Navy Ship Days Delayed by Maintenance Reduced 80% in 2020

Damage Controlman 3rd Class Quiana Quezada, from St. Petersburg, Fla., assigned to Arleigh Burke-class guided-missile destroyer USS Halsey (DDG 97), disassembles the aqueous film forming foam (AFFF) concentrate pump during maintenance. U.S. Navy / Mass Communication Specialist 3rd Class Andrew Langholf

ARLINGTON, Va. — The number of ship days delayed by maintenance has been reduced by 80% in fiscal 2020, a senior Navy engineering duty officer said, even with the COVID-19 pandemic affecting operations.  

“The needle is really moving, and moving in a good direction,” said Rear Adm. Eric Ver Hage, commander, Regional Maintenance Center, speaking Sept. 15 in a webinar of the Virtual Fleet Maintenance & Modernization Symposium of the American Society of Naval Engineers. “Even with the challenges of COVID, we’ve achieved an 80% reduction in the days of maintenance delay in [fiscal] ‘20 as compared to [fiscal] ’19.”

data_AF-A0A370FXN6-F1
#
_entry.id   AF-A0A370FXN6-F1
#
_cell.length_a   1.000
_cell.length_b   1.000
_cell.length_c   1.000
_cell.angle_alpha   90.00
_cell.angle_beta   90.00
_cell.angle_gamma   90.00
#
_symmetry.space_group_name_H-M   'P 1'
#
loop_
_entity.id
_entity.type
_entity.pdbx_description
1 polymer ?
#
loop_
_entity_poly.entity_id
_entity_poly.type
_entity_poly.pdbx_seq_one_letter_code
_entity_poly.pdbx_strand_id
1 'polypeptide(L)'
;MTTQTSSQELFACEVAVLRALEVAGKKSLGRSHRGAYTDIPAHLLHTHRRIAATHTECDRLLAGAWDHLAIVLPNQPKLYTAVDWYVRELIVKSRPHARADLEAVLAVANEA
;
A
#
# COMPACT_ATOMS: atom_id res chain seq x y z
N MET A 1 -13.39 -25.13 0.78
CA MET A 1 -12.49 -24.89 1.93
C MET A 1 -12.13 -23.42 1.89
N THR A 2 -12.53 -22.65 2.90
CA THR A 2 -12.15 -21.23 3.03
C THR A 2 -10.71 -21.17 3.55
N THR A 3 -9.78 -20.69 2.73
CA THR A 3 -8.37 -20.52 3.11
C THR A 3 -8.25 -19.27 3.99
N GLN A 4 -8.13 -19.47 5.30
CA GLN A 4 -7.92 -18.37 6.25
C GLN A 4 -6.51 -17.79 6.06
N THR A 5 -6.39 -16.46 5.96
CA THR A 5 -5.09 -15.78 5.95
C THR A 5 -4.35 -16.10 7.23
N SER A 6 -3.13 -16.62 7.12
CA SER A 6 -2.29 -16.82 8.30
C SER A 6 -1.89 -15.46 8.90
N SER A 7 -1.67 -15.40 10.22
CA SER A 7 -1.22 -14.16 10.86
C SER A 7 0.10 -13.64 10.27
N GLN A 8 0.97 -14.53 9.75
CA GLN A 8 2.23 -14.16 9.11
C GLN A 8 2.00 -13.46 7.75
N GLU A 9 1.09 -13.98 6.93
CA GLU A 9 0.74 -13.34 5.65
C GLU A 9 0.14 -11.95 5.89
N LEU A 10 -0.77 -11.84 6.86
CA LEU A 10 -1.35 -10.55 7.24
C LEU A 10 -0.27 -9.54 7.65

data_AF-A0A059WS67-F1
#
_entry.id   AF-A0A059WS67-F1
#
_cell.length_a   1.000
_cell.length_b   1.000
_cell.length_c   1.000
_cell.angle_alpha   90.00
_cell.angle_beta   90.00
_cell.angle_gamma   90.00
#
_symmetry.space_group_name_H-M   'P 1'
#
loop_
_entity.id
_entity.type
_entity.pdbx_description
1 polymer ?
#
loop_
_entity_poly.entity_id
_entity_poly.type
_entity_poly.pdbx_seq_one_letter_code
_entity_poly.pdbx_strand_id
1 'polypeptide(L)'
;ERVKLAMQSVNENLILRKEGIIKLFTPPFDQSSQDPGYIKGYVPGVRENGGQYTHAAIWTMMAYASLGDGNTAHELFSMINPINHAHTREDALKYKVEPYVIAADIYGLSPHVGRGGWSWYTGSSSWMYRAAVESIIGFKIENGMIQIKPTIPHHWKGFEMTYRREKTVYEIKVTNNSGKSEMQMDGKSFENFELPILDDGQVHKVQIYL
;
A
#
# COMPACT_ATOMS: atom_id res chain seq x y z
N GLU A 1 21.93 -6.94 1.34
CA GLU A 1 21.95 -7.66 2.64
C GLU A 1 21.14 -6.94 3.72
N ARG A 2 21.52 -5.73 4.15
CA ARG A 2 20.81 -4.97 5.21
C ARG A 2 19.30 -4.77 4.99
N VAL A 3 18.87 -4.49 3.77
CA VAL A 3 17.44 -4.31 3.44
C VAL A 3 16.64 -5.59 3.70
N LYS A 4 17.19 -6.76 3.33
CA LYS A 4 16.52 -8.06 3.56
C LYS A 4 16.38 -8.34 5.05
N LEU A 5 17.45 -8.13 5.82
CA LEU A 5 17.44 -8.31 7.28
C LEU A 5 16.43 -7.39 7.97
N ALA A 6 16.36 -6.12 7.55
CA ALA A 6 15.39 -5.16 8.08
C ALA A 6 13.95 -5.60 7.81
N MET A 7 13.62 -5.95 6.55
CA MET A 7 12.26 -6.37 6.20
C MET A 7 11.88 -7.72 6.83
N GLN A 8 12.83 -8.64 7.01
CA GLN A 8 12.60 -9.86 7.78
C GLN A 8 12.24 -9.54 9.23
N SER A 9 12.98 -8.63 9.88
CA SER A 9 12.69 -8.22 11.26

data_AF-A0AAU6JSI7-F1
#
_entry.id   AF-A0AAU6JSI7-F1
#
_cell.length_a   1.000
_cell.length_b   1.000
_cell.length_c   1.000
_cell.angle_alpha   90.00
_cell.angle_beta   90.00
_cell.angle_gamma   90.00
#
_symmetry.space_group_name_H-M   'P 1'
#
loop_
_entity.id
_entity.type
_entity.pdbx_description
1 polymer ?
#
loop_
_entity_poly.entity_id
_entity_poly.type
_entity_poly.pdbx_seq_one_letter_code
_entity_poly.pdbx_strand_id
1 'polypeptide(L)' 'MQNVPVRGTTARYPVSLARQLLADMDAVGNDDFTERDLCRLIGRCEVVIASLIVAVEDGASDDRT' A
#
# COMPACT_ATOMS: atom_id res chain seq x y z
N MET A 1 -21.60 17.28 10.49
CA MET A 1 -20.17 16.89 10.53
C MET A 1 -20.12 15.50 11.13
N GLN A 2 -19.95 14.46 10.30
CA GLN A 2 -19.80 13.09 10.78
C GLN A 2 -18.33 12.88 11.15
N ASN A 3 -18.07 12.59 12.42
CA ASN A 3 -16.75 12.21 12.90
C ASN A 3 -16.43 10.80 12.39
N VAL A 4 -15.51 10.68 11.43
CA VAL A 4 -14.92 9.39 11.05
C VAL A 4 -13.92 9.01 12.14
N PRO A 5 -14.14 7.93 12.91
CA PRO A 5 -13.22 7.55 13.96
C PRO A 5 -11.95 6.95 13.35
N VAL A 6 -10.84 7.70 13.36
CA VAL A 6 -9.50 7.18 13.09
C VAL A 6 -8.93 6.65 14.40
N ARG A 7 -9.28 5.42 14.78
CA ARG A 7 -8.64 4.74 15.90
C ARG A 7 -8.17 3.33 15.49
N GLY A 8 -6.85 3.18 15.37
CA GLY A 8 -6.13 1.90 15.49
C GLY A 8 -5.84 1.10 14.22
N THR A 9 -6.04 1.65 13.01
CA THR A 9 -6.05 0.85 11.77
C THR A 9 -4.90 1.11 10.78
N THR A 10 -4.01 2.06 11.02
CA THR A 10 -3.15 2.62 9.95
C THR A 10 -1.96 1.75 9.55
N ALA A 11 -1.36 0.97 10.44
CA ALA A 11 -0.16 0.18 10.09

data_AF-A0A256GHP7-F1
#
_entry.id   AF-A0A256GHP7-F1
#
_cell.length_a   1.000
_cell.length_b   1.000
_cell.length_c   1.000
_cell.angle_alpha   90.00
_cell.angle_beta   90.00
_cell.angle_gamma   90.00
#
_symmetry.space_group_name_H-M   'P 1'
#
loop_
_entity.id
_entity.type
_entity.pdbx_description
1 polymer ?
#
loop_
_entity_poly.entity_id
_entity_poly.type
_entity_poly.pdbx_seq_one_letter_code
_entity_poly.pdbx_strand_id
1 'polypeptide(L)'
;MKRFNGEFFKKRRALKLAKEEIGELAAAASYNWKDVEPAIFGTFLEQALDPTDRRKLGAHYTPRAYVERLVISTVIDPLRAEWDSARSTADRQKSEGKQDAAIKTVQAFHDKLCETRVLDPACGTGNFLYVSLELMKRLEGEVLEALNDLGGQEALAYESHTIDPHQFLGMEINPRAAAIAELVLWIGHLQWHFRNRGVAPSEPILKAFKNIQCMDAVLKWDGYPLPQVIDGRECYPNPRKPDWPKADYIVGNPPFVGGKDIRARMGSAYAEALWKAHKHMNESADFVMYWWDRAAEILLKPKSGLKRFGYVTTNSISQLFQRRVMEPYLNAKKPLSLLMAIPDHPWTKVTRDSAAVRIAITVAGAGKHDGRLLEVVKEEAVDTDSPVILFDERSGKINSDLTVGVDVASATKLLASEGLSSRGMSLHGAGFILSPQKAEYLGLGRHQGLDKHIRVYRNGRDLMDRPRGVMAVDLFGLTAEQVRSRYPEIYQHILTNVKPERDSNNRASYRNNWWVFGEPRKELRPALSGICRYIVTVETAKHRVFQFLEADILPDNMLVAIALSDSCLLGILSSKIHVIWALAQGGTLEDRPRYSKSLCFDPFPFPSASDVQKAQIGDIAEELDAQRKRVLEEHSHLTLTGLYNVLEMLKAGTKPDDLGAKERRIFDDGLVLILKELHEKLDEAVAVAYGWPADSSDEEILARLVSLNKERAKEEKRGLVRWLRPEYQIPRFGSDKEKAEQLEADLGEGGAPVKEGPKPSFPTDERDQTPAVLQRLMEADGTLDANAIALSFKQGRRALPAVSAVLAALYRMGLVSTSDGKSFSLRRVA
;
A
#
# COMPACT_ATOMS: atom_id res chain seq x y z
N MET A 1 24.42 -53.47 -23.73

Ver Hage said, “It’s not just about on time, it’s also getting the required work complete. In our 2020 DDG [guided-missile destroyer] availabilities, we are tracking to complete 99% of all of our mandatory technical requirements, the things required to keep a ship operating to its full expected life cycle. That also is an improvement over last year.” 

The admiral said that fiscal 2020 has been a super-busy year, with 50 CNO [chief of naval operations] availabilities and another 100 in planning; almost 700 emergent availabilities; 20,000 intermediate-level tasks; and 25,000 technical assists.  

He said that also conducted were 157 ship readiness assessments, which help “our ships prepare for deployment and really importantly, on preparing for the next CNO avail.” 

Ver Hage said the accomplishments were the result of “a great team effort,” while noting that “there has been steadily improving collaboration between industry and the government.”